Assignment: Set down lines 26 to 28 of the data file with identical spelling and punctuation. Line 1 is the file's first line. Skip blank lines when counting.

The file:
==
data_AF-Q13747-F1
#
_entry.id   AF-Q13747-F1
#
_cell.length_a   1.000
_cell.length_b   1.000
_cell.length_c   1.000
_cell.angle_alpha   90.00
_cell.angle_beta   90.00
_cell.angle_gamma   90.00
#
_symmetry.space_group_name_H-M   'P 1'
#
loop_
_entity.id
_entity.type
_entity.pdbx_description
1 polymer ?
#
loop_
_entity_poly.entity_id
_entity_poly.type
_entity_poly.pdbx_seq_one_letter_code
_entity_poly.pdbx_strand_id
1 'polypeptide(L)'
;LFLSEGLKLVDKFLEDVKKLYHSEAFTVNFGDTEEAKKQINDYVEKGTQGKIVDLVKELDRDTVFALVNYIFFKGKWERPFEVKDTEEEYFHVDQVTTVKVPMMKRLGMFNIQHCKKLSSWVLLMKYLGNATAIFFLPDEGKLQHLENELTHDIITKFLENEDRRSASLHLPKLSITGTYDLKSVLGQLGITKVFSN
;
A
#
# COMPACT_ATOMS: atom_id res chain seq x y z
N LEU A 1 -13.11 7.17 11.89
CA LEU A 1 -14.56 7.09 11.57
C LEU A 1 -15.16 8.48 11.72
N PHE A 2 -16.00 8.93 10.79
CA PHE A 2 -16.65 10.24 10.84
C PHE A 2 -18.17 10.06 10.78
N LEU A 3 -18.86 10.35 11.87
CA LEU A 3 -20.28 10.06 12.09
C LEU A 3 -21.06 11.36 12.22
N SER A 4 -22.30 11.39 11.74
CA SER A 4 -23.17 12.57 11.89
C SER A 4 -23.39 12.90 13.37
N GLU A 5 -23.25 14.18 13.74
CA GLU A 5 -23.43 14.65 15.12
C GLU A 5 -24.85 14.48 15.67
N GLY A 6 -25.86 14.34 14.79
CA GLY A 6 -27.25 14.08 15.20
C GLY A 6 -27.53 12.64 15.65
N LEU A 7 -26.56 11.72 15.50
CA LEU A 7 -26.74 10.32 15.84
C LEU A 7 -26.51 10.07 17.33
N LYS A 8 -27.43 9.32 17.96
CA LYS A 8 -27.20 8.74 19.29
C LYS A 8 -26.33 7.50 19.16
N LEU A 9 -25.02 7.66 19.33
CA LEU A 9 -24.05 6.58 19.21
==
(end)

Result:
;LFLSEGLKLVDKFLEDVKKLYHSEAFTVNFGDTEEAKKQINDYVEKGTQGKIVDLVKELDRDTVFALVNYIFFKGKWERPFEVKDTEEEYFHVDQVTTVKVPMMKRLGMFNIQHCKKLSSWVLLMKYLGNATAIFFLPDEGKLQHLENELTHDIITKFLENEDRRSASLHLPKLSITGTYDLKSVLGQLGITKVFSN
;
A